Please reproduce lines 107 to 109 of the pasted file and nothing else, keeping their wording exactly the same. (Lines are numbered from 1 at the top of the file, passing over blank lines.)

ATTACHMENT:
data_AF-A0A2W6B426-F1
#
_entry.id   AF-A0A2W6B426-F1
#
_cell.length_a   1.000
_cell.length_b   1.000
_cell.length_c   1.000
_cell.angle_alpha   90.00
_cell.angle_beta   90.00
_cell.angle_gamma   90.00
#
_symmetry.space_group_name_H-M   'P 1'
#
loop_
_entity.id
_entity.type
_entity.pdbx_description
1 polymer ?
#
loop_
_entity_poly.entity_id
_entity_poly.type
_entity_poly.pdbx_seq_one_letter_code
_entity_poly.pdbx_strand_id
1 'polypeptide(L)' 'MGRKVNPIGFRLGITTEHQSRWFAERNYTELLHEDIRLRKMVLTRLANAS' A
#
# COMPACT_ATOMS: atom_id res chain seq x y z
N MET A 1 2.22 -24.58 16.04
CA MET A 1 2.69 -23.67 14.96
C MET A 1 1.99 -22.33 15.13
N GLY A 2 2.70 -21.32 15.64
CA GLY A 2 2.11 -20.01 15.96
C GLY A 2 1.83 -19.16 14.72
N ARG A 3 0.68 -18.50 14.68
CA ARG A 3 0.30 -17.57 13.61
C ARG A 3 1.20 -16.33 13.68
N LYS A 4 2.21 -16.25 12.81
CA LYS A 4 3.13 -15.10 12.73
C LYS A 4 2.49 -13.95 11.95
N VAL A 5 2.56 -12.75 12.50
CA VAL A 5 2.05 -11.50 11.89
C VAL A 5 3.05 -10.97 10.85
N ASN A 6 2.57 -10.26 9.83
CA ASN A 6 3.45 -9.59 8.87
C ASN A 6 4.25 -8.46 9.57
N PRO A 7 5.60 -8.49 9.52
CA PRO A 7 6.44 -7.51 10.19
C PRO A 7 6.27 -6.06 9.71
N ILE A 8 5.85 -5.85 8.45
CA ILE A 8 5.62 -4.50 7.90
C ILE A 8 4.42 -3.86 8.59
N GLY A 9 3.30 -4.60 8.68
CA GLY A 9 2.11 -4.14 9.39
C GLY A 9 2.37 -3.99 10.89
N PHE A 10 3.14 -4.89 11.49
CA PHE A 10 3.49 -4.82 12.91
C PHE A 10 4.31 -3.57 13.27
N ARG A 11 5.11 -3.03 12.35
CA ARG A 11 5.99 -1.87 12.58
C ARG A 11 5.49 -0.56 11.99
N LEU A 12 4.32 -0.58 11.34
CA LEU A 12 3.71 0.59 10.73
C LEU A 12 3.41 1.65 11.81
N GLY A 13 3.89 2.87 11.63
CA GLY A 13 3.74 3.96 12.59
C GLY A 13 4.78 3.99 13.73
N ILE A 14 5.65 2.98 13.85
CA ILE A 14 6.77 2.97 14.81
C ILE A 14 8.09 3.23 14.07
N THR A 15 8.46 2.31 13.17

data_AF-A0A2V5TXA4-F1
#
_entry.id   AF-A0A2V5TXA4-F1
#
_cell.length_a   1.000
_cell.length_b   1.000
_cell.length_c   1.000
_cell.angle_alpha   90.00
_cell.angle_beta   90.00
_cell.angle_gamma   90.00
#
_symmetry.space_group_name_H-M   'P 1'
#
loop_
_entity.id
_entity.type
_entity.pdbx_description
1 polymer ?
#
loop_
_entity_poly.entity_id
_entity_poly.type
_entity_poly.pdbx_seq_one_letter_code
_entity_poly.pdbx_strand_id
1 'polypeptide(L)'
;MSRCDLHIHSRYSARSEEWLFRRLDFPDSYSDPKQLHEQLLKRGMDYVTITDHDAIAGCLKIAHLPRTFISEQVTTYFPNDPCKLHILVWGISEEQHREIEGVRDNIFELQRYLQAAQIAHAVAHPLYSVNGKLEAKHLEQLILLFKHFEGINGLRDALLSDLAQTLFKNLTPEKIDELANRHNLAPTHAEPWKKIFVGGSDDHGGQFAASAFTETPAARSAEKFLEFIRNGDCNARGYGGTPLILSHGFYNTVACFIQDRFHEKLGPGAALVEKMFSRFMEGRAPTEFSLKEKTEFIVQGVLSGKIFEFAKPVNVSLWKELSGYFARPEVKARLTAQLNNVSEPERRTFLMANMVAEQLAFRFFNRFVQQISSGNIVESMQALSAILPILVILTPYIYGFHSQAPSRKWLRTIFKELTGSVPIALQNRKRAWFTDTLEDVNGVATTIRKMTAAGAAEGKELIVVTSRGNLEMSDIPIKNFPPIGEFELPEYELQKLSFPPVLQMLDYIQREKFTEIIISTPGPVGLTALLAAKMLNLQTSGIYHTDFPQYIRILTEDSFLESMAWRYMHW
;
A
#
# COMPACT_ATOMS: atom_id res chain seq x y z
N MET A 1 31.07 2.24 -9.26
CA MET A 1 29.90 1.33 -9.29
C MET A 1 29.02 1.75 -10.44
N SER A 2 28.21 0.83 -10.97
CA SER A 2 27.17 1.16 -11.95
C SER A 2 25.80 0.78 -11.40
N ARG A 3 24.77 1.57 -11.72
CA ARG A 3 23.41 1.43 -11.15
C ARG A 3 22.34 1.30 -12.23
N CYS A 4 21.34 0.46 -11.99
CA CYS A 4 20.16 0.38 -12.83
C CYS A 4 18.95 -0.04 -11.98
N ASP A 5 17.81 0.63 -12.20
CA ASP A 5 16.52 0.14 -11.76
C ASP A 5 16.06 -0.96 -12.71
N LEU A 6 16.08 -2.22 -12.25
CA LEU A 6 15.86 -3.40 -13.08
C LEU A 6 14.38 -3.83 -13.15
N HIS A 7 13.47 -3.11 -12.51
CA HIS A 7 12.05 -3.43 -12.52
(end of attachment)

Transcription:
N ARG A 3 24.77 1.57 -11.72
CA ARG A 3 23.41 1.43 -11.15
C ARG A 3 22.34 1.30 -12.23